Plato's The Republic.

It's one of the heaviest pieces of literature I have ever read, and it gives a lot of insight in poly-sci theory and philosophy. Not to mention fucking Plato wrote it.

I actually started reading that one before creating the thread. I'm in the beginning of book two right now.
----
In that case, man is only air as well.
BestMetalstormer

Posts: 3305

Age: 26
From: Vietnam

  23.04.2012 at 22:06
I recommend reading all my post then analyze my mind. If you can try do it, probably you succeed in philosophy : D
ANGEL REAPER

Posts: 3139

Age: 23
From: Serbia

  26.04.2012 at 00:57
Although i dont like philosophers and philosophy in general i must recommend you Action Philosophers comics: a great way to get into basics of modern philosophy through some humor stuff...
----
"Cross is only an iron,hope is just an illusion,freedom is nothing but a name..."
"Build your walls of the dead stone...Build your roofs of a dead wood..Build your dreams of a dead thoughts"
Clintagram
We Live

Posts: 5727
From: USA

  26.04.2012 at 01:31
I would recommend Bertrand Russell's The Problems of Philosophy. I think it's a great distillation of many problems treated by (mostly western) philosophers in the past and present. Just FYI, it's more focused on epistemology rather than metaphysics. For more information, visit the wiki page, its a good overview.

http://en.wikipedia.org/wiki/The_Problems_of_Philosophy
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The force will be with you, always.
ThunderAxe1989
Irreligious

Posts: 7282

Age: 25
From: Bahamas

  05.12.2012 at 03:11
http://en.wikipedia.org/wiki/A_New_Earth




This is what I'm currently reading right now, a co-worker let me borrow it
Jpageforever

Posts: 63

Age: 14
From: USA
  28.03.2013 at 17:56
Tolkien and Philosophy ~ great book, I'm only halfway through, but I think it's wonderful
Candlemass
Defaeco

Posts: 527
From: Israel

  16.04.2013 at 01:37
Start with second literature/courses. Get an Introduction to logic. I'm personally less fond of the history of philosophy, thou it's useful to at least skim one just to get a prospective. I'm even less fond of introductions to philosophy through literature.

So this is what I recommend:
(1) Course: "TTC - Introduction to Greek Philosophy" is a great introduction to the subject and Greek is the place to start.
(2) Logic: "Meaning and Argument" - By Lepore, second edition or "Introduction to Logic" by Gensler.
(3) Philosophy: Depends on how serious you are you can pick up an anthology of articles ([url=http://eu.wiley.com/WileyCDA/Section/id-WILEYEUROPE2_SEARCH_RESULT.html?query=Anthology]Wiley have great ones - just scroll down[url]) or a general introduction (I rec' "Thinking Philosophically: An Introduction to Critical Reflection").

Read Plato for the ethos; Aristotle for the rigor and Hegel to know what to stay away from .
And oh, some podcasts are good resources too. Search Itunes for philosophy podcasts (like Philosophy Bites).

If you just feel like picking up a book; Steven Nadler ("A Book Forged in Hell") is great. He manages to compress so much into a book and still keep it interesting.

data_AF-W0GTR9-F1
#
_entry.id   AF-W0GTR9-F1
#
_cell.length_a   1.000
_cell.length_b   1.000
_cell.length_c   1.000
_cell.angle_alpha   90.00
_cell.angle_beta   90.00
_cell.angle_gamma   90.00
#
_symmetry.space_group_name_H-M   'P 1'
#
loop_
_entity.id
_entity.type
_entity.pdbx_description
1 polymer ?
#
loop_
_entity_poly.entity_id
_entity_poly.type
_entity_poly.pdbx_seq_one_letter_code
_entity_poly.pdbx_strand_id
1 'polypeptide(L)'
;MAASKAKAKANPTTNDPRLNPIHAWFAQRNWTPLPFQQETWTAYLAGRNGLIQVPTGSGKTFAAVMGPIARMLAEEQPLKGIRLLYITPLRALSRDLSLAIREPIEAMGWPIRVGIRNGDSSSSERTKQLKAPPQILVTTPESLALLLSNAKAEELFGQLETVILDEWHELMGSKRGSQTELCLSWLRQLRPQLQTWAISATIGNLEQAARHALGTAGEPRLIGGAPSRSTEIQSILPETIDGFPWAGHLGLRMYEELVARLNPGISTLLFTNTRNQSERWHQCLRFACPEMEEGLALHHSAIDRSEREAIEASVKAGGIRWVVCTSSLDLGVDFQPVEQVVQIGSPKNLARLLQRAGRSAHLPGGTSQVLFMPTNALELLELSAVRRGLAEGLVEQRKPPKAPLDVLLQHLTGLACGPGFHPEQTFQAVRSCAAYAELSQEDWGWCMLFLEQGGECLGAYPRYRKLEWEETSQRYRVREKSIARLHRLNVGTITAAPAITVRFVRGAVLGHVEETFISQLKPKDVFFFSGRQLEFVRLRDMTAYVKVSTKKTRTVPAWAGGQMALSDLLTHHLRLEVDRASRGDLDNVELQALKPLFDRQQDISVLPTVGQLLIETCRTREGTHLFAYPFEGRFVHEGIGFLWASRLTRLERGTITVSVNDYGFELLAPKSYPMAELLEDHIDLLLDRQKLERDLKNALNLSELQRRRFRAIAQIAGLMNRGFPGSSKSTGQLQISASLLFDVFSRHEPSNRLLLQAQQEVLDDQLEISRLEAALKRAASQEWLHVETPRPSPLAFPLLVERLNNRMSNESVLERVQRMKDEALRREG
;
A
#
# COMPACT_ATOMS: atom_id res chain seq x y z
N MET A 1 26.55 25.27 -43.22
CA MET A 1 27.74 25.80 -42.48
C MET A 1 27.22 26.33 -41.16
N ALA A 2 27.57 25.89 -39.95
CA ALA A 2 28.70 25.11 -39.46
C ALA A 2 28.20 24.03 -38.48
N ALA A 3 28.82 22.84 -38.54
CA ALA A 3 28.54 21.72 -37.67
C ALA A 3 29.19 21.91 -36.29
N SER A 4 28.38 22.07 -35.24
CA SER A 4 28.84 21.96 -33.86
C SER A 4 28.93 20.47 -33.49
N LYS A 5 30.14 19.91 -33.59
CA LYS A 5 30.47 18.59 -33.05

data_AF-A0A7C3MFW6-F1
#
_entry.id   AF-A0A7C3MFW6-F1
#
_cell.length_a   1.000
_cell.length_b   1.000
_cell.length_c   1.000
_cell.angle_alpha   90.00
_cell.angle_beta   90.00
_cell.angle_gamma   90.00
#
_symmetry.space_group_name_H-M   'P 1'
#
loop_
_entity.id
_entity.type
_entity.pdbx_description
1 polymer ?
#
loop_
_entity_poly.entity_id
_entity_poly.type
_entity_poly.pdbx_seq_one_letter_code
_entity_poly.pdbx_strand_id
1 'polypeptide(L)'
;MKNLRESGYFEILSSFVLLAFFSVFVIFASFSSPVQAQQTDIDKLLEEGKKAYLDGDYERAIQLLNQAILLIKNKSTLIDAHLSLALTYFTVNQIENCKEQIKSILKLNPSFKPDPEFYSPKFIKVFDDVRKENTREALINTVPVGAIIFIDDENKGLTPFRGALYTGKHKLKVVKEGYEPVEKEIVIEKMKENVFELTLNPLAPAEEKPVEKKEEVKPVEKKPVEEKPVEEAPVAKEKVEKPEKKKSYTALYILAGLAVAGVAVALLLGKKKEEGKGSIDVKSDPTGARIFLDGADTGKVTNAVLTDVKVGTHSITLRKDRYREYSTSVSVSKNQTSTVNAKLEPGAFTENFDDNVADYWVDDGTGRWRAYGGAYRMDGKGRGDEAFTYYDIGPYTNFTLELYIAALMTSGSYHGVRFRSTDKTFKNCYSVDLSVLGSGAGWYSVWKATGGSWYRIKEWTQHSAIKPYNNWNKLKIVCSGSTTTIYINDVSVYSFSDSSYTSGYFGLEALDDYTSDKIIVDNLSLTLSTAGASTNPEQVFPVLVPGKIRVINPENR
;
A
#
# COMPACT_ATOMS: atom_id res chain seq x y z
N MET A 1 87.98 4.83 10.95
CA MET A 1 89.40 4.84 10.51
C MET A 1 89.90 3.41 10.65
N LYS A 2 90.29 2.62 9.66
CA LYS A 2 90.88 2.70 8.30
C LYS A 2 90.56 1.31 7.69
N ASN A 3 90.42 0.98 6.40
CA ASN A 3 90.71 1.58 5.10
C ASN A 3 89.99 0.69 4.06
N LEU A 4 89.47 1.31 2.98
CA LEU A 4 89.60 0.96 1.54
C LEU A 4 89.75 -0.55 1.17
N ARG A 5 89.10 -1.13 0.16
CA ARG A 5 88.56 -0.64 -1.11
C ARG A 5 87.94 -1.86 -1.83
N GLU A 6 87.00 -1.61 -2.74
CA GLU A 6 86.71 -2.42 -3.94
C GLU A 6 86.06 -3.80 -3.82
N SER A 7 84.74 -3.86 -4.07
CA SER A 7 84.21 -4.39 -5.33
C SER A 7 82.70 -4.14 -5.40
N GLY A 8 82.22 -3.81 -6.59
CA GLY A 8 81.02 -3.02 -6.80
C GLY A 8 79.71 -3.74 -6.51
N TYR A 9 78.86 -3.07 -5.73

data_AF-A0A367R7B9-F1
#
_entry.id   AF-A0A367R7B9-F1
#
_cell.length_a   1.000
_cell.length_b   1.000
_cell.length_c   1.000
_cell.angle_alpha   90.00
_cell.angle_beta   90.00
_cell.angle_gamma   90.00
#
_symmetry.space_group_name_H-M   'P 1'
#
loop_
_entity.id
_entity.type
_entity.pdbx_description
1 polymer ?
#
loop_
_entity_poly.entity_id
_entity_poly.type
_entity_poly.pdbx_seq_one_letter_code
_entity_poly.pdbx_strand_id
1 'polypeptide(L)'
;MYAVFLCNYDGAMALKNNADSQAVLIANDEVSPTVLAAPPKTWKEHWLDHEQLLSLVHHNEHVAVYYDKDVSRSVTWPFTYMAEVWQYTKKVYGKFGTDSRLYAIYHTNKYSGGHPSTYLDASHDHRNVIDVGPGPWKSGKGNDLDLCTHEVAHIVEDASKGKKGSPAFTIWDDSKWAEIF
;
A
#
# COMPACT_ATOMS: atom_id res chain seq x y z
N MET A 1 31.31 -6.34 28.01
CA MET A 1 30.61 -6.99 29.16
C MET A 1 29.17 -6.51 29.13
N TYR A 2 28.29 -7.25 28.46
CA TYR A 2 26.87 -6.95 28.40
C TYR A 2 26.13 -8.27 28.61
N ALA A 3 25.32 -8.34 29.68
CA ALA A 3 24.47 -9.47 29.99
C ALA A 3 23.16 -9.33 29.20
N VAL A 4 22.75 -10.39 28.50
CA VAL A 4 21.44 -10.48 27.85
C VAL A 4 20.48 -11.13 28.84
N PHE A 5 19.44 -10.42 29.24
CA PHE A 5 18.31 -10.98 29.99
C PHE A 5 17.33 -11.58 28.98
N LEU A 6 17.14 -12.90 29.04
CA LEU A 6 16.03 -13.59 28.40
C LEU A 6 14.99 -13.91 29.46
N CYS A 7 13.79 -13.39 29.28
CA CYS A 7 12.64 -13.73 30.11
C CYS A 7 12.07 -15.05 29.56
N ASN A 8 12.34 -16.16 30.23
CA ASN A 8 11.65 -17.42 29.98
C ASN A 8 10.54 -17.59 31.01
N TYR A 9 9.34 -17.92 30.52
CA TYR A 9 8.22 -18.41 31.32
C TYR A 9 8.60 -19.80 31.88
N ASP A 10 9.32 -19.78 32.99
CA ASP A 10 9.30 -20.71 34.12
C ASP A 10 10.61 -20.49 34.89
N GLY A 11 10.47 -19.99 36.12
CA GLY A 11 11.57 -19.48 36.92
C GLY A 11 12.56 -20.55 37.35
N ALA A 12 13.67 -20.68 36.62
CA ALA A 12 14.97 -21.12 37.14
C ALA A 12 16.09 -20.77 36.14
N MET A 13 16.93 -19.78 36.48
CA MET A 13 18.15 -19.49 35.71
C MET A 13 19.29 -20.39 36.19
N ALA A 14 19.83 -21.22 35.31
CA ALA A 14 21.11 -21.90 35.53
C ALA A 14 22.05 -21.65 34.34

Good luck on your journey.
----
‎"If you can't change your mind - are you sure you still have one?" - Twelve Virtues of Rationality
Sophist

Posts: 297

Age: 23
From: Serbia

  16.04.2013 at 23:59
Epictetus and Marcus Aurelius, you said you have a vague idea about stoics, read those 2 son.
Max Stirner: The Ego and Its Own is a pretty good book too.
Although not pure philosophy, Albert Camus' "The Stranger" and "The Myth of Sisyphus" are great.
Confucius and Laozi are pretty interesting eastern philosophers.
Kirkegaard, Nietzsche and Sartre are also worth a read in my opinion, but I'm mostly focused on existentialism when it comes to philosophy.

If you want philosophy mixed with other stuff, stories written by Jorge Luis Borges are the way to go.
Night Theater

Posts: 55

Age: 26
From: Australia

  08.05.2013 at 12:10
Just start reading. Anything. Don't worry if you think it may be garbage. Garbage is good for you. Believe me. Sounds silly? Nope. You'll get a braoder understanding of things, even stupid things.

Some of the major western philosophers to read up about (you can read both their works, and what other people think of them):

Plato
Aristotle
Machiavelli
Descartes
Hobbes
Spinoza
Leibniz
Hume
Rousseau
Adam Smith
Kant
Hegel
John Stuart Mill
Marx
Engels
Nietzsche
Russell
Wittgenstein
Heidegger
Popper
Foucault

Then your more modern ones like John Searle, Habermas, Chomsky, David Chalmers, etc.

Of course, there are heaps more to read on.

But, really, it is really good to read up on less known philosophers (especially from the 20th and 21st centuries), and expand your reading to other areas such as psychology (like you said), political science, anthropology, etc. Also, look into spirituality, too. Jiddu Krishnamurti and Ken Willber are good examples.

Then, talk to as many people as possible. Debate. Learn. Don't give a damn if you're proven wrong; you'll become smarter, and learn more.

Look outside of academia, too. Look into comedy - Bill Hicks and George Carlin are great examples. Read, read, and read. If it looks fucking crazy, read! I hope you get the point I'm making, lol.